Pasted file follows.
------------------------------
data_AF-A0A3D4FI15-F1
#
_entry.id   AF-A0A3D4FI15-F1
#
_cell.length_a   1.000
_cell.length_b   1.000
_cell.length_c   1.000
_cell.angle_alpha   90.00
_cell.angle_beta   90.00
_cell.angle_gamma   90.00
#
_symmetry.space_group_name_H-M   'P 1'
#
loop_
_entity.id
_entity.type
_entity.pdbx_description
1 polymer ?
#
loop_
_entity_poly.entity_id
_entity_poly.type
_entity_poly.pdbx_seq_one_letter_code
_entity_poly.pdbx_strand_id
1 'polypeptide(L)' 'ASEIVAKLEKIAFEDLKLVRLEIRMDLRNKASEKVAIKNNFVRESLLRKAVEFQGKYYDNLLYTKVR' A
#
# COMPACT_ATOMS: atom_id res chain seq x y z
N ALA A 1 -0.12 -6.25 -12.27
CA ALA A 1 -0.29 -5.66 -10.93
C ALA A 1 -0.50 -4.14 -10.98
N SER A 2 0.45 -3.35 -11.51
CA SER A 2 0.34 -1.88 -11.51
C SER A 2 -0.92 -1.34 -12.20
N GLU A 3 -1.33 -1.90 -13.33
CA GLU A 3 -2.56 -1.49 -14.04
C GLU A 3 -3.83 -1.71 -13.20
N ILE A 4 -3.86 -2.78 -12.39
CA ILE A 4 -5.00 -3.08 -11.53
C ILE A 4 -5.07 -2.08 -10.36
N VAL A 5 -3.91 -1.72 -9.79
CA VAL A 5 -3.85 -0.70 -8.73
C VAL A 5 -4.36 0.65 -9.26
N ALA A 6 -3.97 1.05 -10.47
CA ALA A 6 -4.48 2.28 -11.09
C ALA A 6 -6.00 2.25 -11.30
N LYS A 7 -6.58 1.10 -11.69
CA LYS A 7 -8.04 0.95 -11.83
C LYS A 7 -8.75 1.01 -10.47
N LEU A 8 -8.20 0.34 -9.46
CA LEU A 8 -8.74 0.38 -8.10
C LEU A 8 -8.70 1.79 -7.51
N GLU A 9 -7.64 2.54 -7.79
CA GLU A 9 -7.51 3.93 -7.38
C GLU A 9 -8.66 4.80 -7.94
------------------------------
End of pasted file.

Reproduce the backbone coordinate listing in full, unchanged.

data_AF-A0A3D4FI15-F1
#
_entry.id   AF-A0A3D4FI15-F1
#
_cell.length_a   1.000
_cell.length_b   1.000
_cell.length_c   1.000
_cell.angle_alpha   90.00
_cell.angle_beta   90.00
_cell.angle_gamma   90.00
#
_symmetry.space_group_name_H-M   'P 1'
#
loop_
_entity.id
_entity.type
_entity.pdbx_description
1 polymer ?
#
loop_
_entity_poly.entity_id
_entity_poly.type
_entity_poly.pdbx_seq_one_letter_code
_entity_poly.pdbx_strand_id
1 'polypeptide(L)' 'ASEIVAKLEKIAFEDLKLVRLEIRMDLRNKASEKVAIKNNFVRESLLRKAVEFQGKYYDNLLYTKVR' A
#
# COMPACT_ATOMS: atom_id res chain seq x y z
N ALA A 1 -0.12 -6.25 -12.27
CA ALA A 1 -0.29 -5.66 -10.93
C ALA A 1 -0.50 -4.14 -10.98
N SER A 2 0.45 -3.35 -11.51
CA SER A 2 0.34 -1.88 -11.51
C SER A 2 -0.92 -1.34 -12.20
N GLU A 3 -1.33 -1.90 -13.33
CA GLU A 3 -2.56 -1.49 -14.04
C GLU A 3 -3.83 -1.71 -13.20
N ILE A 4 -3.86 -2.78 -12.39
CA ILE A 4 -5.00 -3.08 -11.53
C ILE A 4 -5.07 -2.08 -10.36
N VAL A 5 -3.91 -1.72 -9.79
CA VAL A 5 -3.85 -0.70 -8.73
C VAL A 5 -4.36 0.65 -9.26
N ALA A 6 -3.97 1.05 -10.47
CA ALA A 6 -4.48 2.28 -11.09
C ALA A 6 -6.00 2.25 -11.30
N LYS A 7 -6.58 1.10 -11.69
CA LYS A 7 -8.04 0.95 -11.83
C LYS A 7 -8.75 1.01 -10.47
N LEU A 8 -8.20 0.34 -9.46
CA LEU A 8 -8.74 0.38 -8.10
C LEU A 8 -8.70 1.79 -7.51
N GLU A 9 -7.64 2.54 -7.79
CA GLU A 9 -7.51 3.93 -7.38
C GLU A 9 -8.66 4.80 -7.94